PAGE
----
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Thursday, October 29, 2009

The secret to Israel's success

Dan Senor and Saul Singer have written a new book: Start-Up Nation: The Story of Israel's Economic Miracle. Kathryn Jean Lopez of National Review Online interviewed Senor about the book. Here are some highlights.
KATHRYN JEAN LOPEZ: What’s so special about Israel?

DAN SENOR: Israel represents the highest concentration of innovation and entrepreneurship in the world today: the most start-ups per capita; the highest percentage of GDP invested in civilian R&D; more companies on NASDAQ than all of Europe, Korea, Japan, India, and China combined; and the biggest destination for global venture capital per capita. Israel raises 2.5 times as much global venture capital as the U.S., 30 times more than Europe, 80 times more than India, and 350 times more than China — and these numbers are from 2008, when the world was in the midst of an economic meltdown. Israel all but escaped the crisis that ripped through economies everywhere else.


LOPEZ: What’s the secret of its success?

DAN SENOR: Our book dives into many interacting factors, but one of the most important is the training and battlefield experience that most Israelis receive in the military. The military is where many Israelis learn to lead and manage people, improvise, become mission-oriented, work in teams, and contribute to their country. They tend to come out of their years of service (three for men, two for women) more mature and directed than their peers in other countries. They learn “the value of five minutes,” as one general told us. They even learn something more uniquely Israeli: to speak up — regardless of ranks and hierarchy — if they think things can be done better.

LOPEZ: Where has Israel fallen behind?

DAN SENOR: The non-tech portion of the economy is overconcentrated, overregulated, and overtaxed, and has consequently performed at a mediocre level. If the conditions that have allowed the high-tech sector to flourish were applied to the rest of the economy, Israel could grow even faster. If Israel also were to address the low labor-force-participation rates in certain demographics, we agree with Prime Minister Netanyahu that Israel could become one of the top ten largest economies in the world.

LOPEZ: Has this been an ethical success story?

DAN SENOR: We believe that the free-market system is progressively eliminating the extreme poverty that was the lot of the world throughout history. This process is largely driven by improvements in productivity, which are in part a result of advancements in technology, especially by small, scrappy start-ups. Also, Israel has specialized in life-enhancing and life-saving technologies like medical devices, water conservation, desalination, and irrigation, not to mention the information technology that is making the world smaller. The great thing about innovation is that, unlike physical resources, ideas can be shared and duplicated by all without taking from anyone else.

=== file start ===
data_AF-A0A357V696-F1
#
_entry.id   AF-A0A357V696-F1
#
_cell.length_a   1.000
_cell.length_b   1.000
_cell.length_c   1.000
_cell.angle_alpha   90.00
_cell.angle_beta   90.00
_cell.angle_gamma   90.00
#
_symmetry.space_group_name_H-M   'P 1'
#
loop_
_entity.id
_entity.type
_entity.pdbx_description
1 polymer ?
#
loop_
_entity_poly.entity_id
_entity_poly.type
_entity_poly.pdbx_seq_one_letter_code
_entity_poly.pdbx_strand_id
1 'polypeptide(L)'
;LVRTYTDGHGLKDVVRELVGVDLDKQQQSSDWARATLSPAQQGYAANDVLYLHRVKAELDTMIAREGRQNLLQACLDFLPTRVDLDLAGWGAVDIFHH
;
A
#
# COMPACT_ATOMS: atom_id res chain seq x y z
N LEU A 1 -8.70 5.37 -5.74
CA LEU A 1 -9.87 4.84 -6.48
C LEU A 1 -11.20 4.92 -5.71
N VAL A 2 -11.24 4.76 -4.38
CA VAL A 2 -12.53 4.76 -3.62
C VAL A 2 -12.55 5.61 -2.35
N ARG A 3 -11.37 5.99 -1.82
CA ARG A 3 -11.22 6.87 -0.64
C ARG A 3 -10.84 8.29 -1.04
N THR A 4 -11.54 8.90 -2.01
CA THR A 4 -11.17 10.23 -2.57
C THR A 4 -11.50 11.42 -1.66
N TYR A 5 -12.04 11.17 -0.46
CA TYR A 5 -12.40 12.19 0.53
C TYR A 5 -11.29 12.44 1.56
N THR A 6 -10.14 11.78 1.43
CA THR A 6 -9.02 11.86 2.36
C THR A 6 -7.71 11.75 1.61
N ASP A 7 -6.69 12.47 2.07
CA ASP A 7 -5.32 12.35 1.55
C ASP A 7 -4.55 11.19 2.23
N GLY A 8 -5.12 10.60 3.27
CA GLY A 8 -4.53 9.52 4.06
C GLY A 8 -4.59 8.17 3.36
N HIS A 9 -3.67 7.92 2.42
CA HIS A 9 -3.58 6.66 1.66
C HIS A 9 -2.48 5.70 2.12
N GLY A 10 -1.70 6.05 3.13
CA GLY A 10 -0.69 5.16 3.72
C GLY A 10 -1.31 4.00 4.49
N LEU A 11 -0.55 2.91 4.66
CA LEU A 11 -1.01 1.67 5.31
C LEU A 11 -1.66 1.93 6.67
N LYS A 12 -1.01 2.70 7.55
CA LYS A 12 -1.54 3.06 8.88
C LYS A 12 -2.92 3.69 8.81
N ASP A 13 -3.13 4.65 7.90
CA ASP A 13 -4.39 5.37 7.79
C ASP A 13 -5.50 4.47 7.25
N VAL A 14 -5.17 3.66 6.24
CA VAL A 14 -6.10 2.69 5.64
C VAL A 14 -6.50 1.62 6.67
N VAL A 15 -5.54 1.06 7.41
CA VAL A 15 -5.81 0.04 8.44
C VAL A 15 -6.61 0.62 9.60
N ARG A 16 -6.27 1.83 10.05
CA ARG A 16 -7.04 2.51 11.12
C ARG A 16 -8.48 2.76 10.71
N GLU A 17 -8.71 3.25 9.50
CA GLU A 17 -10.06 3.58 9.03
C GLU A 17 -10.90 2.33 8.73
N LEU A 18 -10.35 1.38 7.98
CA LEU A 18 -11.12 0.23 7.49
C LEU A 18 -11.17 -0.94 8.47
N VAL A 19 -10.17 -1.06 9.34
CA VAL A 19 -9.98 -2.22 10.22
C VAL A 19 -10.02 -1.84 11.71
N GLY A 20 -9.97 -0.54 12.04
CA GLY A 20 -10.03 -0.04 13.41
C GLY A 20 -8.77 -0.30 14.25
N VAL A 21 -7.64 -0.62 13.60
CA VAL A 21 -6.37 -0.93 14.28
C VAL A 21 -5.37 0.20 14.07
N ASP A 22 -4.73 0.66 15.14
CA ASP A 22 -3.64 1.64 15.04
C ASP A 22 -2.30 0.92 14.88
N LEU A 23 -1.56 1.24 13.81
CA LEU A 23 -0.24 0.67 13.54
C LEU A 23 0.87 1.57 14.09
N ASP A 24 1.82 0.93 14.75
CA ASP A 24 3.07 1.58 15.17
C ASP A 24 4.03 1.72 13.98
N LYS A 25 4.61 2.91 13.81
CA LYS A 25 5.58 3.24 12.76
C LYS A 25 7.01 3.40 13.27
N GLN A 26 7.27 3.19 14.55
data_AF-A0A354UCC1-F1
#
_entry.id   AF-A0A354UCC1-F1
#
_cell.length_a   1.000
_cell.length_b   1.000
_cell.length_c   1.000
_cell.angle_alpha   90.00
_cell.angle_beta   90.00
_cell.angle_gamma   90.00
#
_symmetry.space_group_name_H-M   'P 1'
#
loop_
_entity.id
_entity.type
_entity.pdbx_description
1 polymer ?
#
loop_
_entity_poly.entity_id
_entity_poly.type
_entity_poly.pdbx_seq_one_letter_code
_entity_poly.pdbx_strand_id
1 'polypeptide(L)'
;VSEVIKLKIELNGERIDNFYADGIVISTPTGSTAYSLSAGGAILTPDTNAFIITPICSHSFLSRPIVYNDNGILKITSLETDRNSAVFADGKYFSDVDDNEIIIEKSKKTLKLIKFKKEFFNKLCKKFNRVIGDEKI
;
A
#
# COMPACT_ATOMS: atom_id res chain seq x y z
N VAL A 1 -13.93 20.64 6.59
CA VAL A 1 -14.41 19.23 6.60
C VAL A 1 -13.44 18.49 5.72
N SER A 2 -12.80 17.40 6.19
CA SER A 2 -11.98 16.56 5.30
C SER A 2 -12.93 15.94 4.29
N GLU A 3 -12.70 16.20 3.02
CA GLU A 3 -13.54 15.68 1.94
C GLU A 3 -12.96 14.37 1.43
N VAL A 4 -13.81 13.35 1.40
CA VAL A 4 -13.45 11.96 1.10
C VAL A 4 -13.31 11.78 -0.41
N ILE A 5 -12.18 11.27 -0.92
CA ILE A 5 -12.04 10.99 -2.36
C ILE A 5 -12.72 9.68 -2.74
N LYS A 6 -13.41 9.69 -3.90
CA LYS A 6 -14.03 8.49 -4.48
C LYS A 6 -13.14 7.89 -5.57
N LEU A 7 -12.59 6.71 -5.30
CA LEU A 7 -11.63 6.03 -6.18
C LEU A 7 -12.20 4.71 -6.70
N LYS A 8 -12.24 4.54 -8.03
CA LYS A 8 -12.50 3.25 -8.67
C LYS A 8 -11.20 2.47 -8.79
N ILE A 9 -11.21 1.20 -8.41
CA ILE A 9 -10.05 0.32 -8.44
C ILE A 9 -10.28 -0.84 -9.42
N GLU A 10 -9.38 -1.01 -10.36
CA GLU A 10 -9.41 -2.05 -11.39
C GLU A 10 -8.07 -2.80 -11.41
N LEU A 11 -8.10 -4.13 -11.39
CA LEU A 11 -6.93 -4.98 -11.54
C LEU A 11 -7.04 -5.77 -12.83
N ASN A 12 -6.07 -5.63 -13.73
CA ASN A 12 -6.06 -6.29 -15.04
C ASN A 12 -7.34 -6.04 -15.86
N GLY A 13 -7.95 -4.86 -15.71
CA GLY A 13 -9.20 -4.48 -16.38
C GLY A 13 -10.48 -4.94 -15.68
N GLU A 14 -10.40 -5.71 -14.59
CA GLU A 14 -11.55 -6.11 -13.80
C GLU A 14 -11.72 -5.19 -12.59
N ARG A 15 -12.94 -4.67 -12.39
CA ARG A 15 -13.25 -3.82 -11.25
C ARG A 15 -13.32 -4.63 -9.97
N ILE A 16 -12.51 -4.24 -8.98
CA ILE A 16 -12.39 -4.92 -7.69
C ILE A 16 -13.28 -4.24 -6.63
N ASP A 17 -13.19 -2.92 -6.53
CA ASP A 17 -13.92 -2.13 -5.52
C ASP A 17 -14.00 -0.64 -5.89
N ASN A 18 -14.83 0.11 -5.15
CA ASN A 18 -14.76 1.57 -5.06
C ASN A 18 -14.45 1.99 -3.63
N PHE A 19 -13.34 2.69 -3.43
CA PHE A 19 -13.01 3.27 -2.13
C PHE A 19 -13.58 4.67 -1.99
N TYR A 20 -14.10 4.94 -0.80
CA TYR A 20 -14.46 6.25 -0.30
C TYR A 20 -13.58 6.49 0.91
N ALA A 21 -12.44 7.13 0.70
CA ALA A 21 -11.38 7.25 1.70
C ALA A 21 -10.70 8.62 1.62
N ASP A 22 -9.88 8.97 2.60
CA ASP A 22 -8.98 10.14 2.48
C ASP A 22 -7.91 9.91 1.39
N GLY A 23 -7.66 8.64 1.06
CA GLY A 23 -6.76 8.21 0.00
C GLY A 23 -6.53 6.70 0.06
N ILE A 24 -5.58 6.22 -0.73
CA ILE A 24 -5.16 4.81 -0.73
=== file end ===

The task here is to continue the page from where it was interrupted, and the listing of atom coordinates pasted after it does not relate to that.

Read the whole thing.

I'm probably not the best one to discuss this story, because I never served in the army (I was 34 years old when we immigrated to Israel and the major Russian immigration started a year or two before we came, so they didn't want me) and I never got the army culture down pat as a result. In a lot of ways, I still prefer the American way of doing business. With Israelis, everything is face-to-face meetings and despite what he says about speaking up, in my experience, most Israelis are conformists. Tell me where they grew up and how they dress and I can tell you an awful lot about them.

But it's difficult to argue with the success. Maybe I need a review copy of the book.


At 3:34 PM, Blogger NormanF said...

Carl - Israel does have a can-do spirit. Show me an Arab country that emphasizes entrepreneurship, risk-taking and innovation as Israel does. You won't find one. Israel does have its problems but contrary to what is depicted in the media, its future is a bright one. While the Palestinians are obsessed with destroying Israel, Israel is looking to the day ahead. The real secret of Israel's strength is not the IDF; its due to its enormous human potential, which goes untapped and wasted in the Arab World.

That's a story no one's talking about.


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